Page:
Newspaper pot ads violates federal law, Postal Service warns

Portland’s U.S. Postal service recently delivered some bad news to newspapers throughout the Northwest: cannabis ads are still against the law.

A memo sent out to papers on Friday clarifies federal law that is illegal “to place an ad in any publication with the purpose of seeking or offering illegally to receive, buy, or distribute a Schedule I controlled substance,” reports the Register-Guard.

“If an advertisement advocates the purchase of clinical marijuana through a Medical Marijuana Dispensary, it does not comply with” the law, the memo continues.

Although marijuana law reform continues to pass throughout U.S. states, cannabis is still considered a banned substance under federal law. Moreover, the USPS is an extended agency of the federal government.

It’s unclear as to what exactly provoked the Postal Service to issue the memo, as it only mentioned the federal law rather than any specific violations.

“For our weekly in Washington state, Chinook Observer, it’s a large deal,” said Steve Forrester, president and CEO of the EO Media Group, to the Register-Guard. “They’re about a 6,000 circulation (paper). Half of it goes through the mail, which is true of a lot of rural weeklies.”

Representatives from the California Newspaper Publishers Association told SF Evergreen on Thursday that no such warning appears to have been issued by the Postal Service to cannabis-related newspapers, magazines, or other publications in the Golden State.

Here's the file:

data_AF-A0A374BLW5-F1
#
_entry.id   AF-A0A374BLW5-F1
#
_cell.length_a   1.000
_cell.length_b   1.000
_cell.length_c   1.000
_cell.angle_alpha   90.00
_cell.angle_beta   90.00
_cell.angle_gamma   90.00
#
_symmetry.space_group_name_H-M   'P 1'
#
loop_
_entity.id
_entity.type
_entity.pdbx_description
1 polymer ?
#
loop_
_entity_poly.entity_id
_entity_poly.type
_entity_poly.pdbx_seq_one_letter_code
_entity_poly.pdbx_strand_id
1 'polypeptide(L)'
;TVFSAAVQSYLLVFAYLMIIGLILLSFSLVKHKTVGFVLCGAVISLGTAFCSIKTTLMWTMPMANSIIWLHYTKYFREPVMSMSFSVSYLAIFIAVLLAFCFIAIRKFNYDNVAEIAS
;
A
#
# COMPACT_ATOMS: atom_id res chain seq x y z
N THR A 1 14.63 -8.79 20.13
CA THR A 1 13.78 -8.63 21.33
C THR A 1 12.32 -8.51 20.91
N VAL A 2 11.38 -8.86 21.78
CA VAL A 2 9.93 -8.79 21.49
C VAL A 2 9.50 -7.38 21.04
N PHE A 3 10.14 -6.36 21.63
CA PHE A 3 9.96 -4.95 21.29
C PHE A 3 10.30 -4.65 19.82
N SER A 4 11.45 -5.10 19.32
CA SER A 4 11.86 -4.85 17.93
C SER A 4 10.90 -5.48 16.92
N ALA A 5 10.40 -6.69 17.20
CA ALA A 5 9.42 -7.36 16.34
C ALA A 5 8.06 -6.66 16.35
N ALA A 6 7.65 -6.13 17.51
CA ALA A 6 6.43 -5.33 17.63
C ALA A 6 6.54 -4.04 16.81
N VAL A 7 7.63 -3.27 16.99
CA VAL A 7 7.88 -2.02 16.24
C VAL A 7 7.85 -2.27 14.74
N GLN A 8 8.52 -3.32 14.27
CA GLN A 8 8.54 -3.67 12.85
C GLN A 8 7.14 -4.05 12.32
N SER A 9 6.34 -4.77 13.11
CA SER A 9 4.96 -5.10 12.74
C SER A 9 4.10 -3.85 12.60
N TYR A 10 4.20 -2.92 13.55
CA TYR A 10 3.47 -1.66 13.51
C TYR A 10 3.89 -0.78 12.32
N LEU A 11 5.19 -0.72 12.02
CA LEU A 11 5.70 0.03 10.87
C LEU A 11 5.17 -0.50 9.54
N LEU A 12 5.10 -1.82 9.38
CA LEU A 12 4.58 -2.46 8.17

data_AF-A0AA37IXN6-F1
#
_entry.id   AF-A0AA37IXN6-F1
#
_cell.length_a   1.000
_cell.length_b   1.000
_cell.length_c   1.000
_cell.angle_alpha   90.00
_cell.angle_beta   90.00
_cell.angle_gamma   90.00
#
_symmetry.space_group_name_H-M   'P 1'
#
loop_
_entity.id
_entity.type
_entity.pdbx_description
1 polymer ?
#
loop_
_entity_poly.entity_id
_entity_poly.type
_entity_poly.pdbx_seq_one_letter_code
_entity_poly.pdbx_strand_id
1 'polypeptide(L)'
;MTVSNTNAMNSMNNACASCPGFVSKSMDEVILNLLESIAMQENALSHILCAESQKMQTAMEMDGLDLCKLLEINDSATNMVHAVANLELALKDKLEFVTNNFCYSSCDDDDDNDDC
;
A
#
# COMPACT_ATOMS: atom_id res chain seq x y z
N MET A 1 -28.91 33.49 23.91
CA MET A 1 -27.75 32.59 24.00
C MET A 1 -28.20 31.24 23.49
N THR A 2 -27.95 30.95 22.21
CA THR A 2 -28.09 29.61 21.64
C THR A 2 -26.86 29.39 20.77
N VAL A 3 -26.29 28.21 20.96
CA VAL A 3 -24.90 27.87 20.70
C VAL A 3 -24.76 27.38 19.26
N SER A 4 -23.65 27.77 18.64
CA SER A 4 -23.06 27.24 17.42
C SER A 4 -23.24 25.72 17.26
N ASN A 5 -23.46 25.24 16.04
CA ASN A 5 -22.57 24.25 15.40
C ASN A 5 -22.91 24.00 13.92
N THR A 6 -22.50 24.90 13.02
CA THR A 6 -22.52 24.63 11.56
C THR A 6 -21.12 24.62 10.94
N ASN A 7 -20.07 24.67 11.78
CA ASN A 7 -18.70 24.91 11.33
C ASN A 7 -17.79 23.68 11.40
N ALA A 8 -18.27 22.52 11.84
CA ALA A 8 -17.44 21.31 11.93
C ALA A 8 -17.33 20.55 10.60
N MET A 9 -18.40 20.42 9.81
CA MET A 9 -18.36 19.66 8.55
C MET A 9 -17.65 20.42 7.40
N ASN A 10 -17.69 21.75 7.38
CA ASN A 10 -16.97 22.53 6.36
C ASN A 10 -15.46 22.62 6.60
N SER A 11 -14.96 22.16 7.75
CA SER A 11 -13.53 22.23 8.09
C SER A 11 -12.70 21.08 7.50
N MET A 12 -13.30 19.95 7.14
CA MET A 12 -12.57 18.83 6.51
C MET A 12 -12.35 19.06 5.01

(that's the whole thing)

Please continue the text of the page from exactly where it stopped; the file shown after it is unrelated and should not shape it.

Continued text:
Nonetheless, the memo has already sparked several publications to become more judicious about the language used in dispensary ads.

“We have a lot of advertising where they say Herbal Resource Center. We would not have medical marijuana put on that ad,” said Teresa Pearson, publisher of the Rogue River Press, a weekly Southern Oregon paper with a circulation of about 2,000, to the Register-Guard. “There are several herbal resource centers that sell different types of herbs and not just marijuana, so I guess that’s something to look into also, because I don’t know.”

Forrester has contacted the offices of Sen. Ron Wyden and Rep. Earl Blumenauer, both Oregon Democrats who were instrumental in the state’s marijuana legalization effort, in order to make sense of the confounding memo.

“Both the senator and congressman expect an explanation as soon as possible and are committed to working toward a resolution that reflects the decision made by their constituents at the ballot box to legalize and regulate marijuana,” Hank Stern, a Wyden spokesman, said in an emailed statement.

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